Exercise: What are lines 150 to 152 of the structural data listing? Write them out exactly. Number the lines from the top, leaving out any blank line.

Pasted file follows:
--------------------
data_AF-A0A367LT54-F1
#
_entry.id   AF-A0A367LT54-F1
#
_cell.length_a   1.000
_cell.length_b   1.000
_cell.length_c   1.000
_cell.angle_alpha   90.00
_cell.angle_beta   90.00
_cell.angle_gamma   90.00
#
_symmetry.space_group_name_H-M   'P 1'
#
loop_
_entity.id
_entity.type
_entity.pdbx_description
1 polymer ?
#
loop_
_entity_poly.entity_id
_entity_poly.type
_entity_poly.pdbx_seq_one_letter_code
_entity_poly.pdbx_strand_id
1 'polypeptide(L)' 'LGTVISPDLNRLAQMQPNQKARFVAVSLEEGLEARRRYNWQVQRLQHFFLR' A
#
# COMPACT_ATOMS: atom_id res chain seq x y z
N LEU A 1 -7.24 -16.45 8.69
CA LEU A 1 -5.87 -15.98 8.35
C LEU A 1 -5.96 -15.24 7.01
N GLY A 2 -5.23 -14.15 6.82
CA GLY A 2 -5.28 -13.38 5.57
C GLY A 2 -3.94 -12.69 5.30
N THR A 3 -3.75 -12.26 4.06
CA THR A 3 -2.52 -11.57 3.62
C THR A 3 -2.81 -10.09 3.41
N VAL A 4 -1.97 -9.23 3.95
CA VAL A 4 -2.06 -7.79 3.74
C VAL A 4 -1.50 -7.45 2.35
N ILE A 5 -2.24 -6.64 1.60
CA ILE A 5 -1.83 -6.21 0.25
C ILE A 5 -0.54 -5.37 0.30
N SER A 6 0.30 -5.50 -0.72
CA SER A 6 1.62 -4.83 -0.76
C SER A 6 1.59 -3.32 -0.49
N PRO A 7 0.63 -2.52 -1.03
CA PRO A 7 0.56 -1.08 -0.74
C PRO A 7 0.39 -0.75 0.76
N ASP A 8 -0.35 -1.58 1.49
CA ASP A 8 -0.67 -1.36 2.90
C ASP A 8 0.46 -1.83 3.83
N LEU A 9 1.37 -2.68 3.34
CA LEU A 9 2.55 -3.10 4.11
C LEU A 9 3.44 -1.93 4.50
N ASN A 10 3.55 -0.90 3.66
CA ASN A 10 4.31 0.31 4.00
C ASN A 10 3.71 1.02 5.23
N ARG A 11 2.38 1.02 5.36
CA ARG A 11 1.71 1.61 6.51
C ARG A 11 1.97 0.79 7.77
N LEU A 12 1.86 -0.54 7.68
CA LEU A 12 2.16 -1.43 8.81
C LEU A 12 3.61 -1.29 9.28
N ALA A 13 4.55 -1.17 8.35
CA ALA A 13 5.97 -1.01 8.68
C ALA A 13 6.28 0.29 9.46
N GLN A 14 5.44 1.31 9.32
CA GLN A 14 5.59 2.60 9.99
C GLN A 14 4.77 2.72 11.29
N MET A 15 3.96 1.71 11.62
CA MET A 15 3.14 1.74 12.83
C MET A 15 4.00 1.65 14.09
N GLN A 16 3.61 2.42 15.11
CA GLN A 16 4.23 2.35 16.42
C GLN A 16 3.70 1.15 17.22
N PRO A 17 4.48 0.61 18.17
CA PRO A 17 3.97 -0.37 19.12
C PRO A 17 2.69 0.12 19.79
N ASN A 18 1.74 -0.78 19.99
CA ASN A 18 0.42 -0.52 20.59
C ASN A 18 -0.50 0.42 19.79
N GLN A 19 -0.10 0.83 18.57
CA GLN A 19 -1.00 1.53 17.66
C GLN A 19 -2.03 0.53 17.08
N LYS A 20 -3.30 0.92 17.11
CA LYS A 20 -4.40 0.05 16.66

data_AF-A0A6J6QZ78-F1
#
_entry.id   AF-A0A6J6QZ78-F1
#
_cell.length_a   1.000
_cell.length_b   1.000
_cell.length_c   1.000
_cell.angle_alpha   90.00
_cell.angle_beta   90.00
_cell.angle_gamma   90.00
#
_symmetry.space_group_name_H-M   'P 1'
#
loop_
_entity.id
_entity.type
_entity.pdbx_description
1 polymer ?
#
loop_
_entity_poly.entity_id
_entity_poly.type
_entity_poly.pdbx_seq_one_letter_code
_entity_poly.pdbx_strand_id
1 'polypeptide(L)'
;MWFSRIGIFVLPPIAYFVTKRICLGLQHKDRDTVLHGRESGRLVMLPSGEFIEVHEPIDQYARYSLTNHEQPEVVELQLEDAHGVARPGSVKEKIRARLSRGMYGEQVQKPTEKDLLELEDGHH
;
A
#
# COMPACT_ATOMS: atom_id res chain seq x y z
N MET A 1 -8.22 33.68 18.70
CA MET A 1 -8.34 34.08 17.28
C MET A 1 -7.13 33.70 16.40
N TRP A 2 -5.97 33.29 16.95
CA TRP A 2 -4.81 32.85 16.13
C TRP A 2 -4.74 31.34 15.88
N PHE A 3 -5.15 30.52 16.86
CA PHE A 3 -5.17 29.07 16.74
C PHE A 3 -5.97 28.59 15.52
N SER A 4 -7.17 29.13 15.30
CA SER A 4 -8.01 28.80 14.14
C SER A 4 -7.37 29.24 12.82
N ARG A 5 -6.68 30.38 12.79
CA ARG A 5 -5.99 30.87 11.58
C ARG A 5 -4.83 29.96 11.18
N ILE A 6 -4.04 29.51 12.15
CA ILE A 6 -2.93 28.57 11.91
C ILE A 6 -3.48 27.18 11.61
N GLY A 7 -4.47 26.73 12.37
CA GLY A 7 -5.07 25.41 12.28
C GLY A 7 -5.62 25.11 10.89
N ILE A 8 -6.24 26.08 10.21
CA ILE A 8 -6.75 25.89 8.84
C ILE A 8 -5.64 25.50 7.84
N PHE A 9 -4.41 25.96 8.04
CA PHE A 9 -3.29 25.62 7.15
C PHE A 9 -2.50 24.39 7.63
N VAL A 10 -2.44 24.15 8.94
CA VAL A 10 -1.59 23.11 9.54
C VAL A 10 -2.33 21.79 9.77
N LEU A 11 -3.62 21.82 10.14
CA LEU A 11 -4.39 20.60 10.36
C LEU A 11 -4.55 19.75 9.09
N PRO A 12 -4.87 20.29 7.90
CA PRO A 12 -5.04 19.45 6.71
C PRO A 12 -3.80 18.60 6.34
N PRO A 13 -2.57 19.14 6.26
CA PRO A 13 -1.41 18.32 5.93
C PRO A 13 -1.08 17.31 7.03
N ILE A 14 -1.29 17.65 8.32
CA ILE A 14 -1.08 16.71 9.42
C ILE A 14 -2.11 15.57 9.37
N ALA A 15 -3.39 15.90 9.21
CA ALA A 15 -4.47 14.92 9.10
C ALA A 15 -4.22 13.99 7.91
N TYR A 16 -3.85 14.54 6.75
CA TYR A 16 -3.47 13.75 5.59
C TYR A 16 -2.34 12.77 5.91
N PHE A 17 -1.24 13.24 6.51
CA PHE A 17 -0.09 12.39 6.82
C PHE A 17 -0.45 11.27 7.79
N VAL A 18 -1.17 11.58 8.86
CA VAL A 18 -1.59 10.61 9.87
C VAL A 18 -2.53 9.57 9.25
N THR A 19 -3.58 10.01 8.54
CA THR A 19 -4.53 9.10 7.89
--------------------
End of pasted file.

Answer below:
N PRO A 12 -4.87 20.29 7.90
CA PRO A 12 -5.04 19.45 6.71
C PRO A 12 -3.80 18.60 6.34